Endometriosis & pelvic pain.txt

  1. what is endometriosis?
    presence and growth of tissue similar to endometrium outside the uterus
  2. on what 2 occasions does endometriosis regress? and why?
    • pregnancy
    • menopause
    • as it is oestrogen dependent and in these conditions, less oestrogen around
  3. what are 2 particular locations for endometriosis?
    • uterosacral ligaments
    • on/behing ovaries
  4. where are other occasional sites for endometriosis?
    • bladder
    • rectum
    • lung
    • abdominal wound scar
    • umbilicus
    • vagina
  5. what is the typical lesion in the ovary called?
    • endometrioma - accumulated altered blood which is dark brown
    • chocolate cyst
  6. what is the progression for endometriosis?
    • inflammation
    • progressive fibrosis
  7. what happens in the most severe form of endometriosis?
    • entire pelvis is FROZEN
    • pelvis organs are immobile by adhesions
  8. what is thought to be the main cause of endometriosis?
    retrograde menstruation
  9. how do more distant foci of endometriosis form?
    from mechanical, lymphatic or blood-borne spread
  10. what is the one main symptom of endometriosis?
    • chronic pelvic pain
  11. what are the main symptoms of endometriosis? (6)
    • dysmenorrhoea even before period starts
    • deep dyspareunia
    • infertility
    • dyschezia = pain on passing stools during menses
    • cyclical bladder (haematuria) or bowel symptoms - rectal bleeding
    • chronic pelvic pain
  12. why could endometriosis present acutely?
    rupture of chocolate cyst in ovary (endometrioma)
  13. what are the findings O/E of endometriosis
    • uterus is retroverted, fixed (due to adhesions)
    • nodules on uterosacral ligaments
    • tenderness, thickening behind uterus
  14. how is the diagnosis of endometriosis made?
    laparoscopy - visualisation and biopsy
  15. what can be seen on laparoscopy of endometriosis?
    • active lesions: red vesicles
    • less active: white scars or brown spots (powder burn)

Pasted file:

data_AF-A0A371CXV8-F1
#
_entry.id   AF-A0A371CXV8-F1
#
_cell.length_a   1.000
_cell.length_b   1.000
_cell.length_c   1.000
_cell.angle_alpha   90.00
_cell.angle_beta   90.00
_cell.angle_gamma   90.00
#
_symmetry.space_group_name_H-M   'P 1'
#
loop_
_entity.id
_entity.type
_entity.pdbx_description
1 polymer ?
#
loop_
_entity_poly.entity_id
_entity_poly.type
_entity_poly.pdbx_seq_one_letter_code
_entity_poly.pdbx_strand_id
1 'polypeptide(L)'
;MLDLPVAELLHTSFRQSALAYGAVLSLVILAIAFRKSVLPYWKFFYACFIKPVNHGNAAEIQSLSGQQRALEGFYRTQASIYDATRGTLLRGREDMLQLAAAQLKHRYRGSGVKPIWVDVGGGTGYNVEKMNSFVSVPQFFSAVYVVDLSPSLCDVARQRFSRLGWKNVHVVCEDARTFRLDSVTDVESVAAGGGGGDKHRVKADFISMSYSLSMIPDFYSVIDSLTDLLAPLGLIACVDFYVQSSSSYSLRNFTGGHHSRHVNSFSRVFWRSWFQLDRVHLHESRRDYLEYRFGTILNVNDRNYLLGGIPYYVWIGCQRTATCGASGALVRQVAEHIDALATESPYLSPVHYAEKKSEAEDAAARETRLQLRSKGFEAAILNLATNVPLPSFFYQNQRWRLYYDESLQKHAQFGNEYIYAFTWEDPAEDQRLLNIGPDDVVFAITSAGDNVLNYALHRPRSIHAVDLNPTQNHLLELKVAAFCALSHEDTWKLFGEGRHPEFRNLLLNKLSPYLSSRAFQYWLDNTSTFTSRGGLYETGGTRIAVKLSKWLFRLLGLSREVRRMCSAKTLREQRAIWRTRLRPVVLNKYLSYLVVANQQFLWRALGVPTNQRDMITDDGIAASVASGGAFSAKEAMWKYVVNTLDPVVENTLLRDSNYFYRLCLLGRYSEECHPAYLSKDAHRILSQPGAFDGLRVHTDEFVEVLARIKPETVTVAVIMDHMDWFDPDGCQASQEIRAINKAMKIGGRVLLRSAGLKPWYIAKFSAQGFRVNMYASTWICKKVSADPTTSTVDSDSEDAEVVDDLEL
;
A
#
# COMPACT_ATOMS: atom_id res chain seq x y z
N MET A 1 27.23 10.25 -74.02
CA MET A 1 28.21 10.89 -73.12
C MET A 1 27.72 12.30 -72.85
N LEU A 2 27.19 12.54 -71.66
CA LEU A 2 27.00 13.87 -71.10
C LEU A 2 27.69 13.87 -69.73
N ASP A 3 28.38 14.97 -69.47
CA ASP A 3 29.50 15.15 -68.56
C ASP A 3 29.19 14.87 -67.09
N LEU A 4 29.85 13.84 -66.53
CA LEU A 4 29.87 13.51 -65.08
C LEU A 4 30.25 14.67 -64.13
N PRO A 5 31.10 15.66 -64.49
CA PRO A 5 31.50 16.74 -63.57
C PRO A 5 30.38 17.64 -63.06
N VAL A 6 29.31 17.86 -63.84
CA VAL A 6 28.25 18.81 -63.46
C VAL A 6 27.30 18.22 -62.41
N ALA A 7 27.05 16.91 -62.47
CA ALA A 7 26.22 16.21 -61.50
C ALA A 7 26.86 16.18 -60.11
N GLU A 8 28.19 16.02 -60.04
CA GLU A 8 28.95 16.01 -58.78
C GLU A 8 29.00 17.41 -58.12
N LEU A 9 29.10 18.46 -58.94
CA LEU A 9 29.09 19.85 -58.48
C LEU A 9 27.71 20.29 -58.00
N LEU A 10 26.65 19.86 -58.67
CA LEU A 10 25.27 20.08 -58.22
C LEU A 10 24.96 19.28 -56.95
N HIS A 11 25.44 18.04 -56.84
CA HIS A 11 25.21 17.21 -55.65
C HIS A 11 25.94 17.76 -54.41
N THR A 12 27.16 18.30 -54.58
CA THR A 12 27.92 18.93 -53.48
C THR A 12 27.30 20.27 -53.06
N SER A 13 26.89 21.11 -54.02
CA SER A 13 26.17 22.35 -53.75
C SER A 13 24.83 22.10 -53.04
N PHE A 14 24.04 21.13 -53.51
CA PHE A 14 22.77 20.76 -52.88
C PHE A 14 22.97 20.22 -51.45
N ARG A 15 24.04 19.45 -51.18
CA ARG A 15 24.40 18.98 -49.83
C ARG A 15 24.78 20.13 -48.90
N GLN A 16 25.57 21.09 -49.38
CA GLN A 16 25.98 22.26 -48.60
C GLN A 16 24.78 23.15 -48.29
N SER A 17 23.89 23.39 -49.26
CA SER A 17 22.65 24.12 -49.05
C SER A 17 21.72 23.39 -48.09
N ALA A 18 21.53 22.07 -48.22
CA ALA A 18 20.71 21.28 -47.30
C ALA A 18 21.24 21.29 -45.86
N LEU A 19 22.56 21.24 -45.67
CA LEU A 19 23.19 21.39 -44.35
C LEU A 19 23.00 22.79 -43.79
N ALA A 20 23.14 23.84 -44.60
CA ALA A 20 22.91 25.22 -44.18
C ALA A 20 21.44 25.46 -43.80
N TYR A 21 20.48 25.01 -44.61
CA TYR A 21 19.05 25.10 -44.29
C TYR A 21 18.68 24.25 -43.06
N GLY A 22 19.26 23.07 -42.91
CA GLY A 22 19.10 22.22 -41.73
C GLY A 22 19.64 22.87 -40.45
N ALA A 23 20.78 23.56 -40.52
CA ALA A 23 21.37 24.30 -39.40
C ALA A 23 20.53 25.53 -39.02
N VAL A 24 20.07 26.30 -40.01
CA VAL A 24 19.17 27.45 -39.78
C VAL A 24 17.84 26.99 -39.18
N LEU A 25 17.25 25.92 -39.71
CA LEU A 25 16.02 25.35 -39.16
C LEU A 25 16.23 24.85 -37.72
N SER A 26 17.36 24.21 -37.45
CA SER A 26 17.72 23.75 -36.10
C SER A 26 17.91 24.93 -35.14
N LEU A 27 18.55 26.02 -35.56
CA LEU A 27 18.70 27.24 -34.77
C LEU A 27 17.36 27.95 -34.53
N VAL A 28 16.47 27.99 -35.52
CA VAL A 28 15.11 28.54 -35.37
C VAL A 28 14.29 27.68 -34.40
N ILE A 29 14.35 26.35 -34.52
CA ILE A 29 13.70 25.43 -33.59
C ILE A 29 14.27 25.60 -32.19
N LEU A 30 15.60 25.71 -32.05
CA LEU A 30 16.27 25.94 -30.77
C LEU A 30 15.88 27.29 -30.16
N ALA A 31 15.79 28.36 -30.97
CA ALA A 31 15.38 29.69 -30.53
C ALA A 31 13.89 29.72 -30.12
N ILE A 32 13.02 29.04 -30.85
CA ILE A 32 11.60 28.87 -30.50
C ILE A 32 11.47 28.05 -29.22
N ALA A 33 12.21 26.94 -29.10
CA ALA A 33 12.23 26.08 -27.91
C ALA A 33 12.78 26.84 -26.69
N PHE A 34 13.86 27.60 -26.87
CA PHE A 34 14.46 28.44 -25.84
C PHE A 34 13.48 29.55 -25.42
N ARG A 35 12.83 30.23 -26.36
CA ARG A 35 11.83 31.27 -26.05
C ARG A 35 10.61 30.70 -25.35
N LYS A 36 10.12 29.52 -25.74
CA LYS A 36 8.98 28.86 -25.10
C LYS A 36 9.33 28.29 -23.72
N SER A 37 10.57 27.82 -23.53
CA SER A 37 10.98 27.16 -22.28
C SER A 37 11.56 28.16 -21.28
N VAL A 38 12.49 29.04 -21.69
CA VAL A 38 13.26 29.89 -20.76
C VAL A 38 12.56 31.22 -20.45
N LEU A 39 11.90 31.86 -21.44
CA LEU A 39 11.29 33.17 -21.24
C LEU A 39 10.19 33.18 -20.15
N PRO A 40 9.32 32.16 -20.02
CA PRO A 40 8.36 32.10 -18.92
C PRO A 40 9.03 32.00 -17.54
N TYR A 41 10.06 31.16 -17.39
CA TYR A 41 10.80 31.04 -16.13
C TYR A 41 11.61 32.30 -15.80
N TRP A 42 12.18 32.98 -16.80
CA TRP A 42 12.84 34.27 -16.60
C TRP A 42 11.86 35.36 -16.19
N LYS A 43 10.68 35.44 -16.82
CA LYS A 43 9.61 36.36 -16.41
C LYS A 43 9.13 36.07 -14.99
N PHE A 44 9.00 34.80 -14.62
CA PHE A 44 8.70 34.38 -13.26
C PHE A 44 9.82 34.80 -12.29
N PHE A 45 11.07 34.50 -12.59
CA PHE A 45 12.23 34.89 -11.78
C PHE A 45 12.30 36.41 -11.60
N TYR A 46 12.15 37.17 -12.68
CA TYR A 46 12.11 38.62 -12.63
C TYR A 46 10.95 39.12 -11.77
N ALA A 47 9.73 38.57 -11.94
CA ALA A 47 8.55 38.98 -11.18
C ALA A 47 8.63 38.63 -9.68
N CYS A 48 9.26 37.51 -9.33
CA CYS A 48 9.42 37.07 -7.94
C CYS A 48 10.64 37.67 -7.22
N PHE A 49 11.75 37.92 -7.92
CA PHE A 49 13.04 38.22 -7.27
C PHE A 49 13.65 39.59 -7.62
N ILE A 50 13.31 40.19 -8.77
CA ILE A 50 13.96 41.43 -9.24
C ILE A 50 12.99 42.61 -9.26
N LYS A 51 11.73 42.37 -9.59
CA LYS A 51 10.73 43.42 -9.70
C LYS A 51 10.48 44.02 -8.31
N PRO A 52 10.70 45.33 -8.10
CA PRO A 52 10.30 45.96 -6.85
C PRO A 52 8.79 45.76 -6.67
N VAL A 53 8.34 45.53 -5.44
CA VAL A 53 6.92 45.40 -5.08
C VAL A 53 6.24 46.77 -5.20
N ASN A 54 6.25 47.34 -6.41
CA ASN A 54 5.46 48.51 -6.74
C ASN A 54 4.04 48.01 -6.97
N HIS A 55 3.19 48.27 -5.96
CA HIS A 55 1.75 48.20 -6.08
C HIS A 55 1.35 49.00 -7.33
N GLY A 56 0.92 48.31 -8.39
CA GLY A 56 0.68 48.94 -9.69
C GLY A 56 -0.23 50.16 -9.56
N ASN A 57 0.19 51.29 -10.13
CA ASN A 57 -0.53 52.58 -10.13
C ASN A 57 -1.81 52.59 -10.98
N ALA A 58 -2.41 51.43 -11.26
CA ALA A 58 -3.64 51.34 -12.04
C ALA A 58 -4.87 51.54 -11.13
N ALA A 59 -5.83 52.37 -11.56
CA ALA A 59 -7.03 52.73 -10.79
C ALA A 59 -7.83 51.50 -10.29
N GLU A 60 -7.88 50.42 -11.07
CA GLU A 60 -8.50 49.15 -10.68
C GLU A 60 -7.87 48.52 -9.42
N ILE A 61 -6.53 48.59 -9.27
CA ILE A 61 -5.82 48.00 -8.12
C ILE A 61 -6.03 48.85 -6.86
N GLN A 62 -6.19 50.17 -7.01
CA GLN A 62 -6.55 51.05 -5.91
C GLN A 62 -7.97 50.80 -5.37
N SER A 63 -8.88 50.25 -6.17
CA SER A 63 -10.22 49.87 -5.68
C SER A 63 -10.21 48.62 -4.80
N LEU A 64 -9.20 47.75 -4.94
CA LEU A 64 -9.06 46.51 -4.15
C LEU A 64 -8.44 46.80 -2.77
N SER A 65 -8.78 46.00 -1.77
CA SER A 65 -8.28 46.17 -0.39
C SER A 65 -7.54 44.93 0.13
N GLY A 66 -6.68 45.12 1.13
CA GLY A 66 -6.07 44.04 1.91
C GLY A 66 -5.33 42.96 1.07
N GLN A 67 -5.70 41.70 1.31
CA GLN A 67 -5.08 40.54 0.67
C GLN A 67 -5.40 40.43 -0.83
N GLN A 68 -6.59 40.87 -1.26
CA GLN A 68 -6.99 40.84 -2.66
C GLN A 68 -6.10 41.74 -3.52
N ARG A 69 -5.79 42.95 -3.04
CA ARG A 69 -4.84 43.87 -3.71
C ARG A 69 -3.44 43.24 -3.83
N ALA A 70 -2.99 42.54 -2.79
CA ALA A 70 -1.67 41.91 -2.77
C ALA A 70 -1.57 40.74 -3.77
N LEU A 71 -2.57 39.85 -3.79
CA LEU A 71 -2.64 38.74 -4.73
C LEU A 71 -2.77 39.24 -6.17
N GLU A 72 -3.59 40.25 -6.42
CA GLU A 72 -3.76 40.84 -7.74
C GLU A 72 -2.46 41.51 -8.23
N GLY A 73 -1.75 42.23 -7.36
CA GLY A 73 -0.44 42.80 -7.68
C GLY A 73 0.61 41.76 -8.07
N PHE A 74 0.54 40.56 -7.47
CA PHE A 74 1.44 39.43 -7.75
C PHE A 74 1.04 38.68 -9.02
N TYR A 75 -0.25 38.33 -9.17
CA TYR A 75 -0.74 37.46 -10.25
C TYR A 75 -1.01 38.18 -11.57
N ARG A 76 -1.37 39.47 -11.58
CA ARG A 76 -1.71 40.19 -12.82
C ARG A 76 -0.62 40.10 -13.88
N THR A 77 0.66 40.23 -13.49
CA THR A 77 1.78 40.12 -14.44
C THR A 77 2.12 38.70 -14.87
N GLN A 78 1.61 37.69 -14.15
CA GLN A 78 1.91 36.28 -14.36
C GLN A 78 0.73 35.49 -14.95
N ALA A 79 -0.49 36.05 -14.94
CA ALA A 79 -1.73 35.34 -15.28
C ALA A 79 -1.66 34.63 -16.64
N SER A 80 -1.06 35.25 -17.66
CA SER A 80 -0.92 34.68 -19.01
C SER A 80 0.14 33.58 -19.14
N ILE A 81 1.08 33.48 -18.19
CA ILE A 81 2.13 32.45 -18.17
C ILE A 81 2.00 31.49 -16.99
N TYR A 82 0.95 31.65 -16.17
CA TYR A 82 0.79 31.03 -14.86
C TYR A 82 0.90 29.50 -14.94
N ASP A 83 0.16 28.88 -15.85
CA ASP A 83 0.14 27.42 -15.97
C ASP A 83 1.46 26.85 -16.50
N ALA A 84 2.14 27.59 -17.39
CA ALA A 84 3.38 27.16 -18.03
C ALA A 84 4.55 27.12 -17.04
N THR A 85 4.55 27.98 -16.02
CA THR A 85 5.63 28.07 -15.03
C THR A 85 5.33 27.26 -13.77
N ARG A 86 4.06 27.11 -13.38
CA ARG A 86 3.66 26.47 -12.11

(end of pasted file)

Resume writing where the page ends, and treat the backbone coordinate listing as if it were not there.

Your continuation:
16. what indicates severe disease on laparoscopy?
    • extensive adhesions
    • endometriomata
  17. why is TVUS used?
    • exclude ovarian endometrioma
    • adenomyosis
  18. if there is evidence of deeply infiltrating endometirosis what Ix is done?
    MRI and maybe IVU
  19. what blood test may be raised in endometriosis but isn't specific?
  20. what is differential diagnosis of endometriosis (5)?
    • adenomyosis
    • PID
    • chronic pelvic pain
    • other pelvic masses eg ovarian tumour
    • IBS
  21. what happens to endometriosis in over 50% of women?
    regresses or does not progress
  22. what are the 5 options for medical Rx of endometriosis?
    • analgesia: NSAIDs/complementary med - as some women don't like to take hormonal therapy
    • COCP
    • progestogens
    • GnRH analogue +- HRT addback
    • IUS
  23. how is the administration of COCP for endometriosis different for usual contraception?
    • often used back-to-back or tricycling
    • ie no break to reduce frequency of painful withdrawal bleeds
  24. how would GnRH analogues help in endometriosis?
    • induce menopausal state
    • lots of GnRH overstimulates pituitary so get downregulation of GnRH receptors
    • so the gonadotrophins and ovarian hormone production is therefore inhibited
  25. what needs to be done if want to use GnRH analogues for >6/12 and why?
    • due to reversible demineralisation of bones need to add HRT after 5 months
    • prevent bone loss
    • and reduce menopausal SE
  26. what type of Rx would women with endometriosis related pain and infertility usually go for and why?
    • surgery - destroy lesions
    • as improves conception rates
  27. if there is severe disease affecting fallopian tubes and pt is suffering from infertility, what is best Rx?
  28. what are the 2 main surgical options for Rx of endometriosis?
    • laparoscopic laser ablation/diathermy +/- adhesiolysis
    • hysterectomy+BSO
  29. when there is pain during intercourse, what is this called?
    deep dyspareunia (not position dependent)
  30. what happens to endometriosis over time?
    gets worse
  31. what age group and parity are patients with endometriosis likely to be in?
    • 30-45
    • nulliparity
  32. what is this a typical description of: A 31-year-old nulliparous lady who complains of progressive pain during intercourse which may continue for some time afterwards, occurring at each intercourse and worsening over time.
  33. what is Fitz-Hugh-Curtis syndrome?
    • rare complication of PID
    • gonorrhoea or chlamydia cause infection and inflammation in pelvis